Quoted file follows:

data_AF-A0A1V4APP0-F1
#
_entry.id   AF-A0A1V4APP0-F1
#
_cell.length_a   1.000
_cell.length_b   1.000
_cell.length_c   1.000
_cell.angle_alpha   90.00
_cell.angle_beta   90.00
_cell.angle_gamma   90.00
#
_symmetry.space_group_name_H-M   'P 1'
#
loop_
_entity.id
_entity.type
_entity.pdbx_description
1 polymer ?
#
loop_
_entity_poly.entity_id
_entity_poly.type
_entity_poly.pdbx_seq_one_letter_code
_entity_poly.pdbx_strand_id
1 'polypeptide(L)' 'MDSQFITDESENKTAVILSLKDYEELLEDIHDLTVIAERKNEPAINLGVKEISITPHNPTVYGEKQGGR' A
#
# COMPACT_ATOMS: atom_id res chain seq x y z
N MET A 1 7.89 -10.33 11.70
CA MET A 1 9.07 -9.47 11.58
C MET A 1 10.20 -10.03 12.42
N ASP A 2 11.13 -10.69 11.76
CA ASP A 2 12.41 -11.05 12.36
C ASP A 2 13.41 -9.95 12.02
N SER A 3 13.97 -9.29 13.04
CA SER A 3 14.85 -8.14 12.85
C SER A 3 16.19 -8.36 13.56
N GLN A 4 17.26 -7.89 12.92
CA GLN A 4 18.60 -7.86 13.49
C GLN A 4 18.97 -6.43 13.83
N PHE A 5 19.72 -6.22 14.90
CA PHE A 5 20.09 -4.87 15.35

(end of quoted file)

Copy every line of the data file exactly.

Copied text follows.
data_AF-A0A1V4APP0-F1
#
_entry.id   AF-A0A1V4APP0-F1
#
_cell.length_a   1.000
_cell.length_b   1.000
_cell.length_c   1.000
_cell.angle_alpha   90.00
_cell.angle_beta   90.00
_cell.angle_gamma   90.00
#
_symmetry.space_group_name_H-M   'P 1'
#
loop_
_entity.id
_entity.type
_entity.pdbx_description
1 polymer ?
#
loop_
_entity_poly.entity_id
_entity_poly.type
_entity_poly.pdbx_seq_one_letter_code
_entity_poly.pdbx_strand_id
1 'polypeptide(L)' 'MDSQFITDESENKTAVILSLKDYEELLEDIHDLTVIAERKNEPAINLGVKEISITPHNPTVYGEKQGGR' A
#
# COMPACT_ATOMS: atom_id res chain seq x y z
N MET A 1 7.89 -10.33 11.70
CA MET A 1 9.07 -9.47 11.58
C MET A 1 10.20 -10.03 12.42
N ASP A 2 11.13 -10.69 11.76
CA ASP A 2 12.41 -11.05 12.36
C ASP A 2 13.41 -9.95 12.02
N SER A 3 13.97 -9.29 13.04
CA SER A 3 14.85 -8.14 12.85
C SER A 3 16.19 -8.36 13.56
N GLN A 4 17.26 -7.89 12.92
CA GLN A 4 18.60 -7.86 13.49
C GLN A 4 18.97 -6.43 13.83
N PHE A 5 19.72 -6.22 14.90
CA PHE A 5 20.09 -4.87 15.35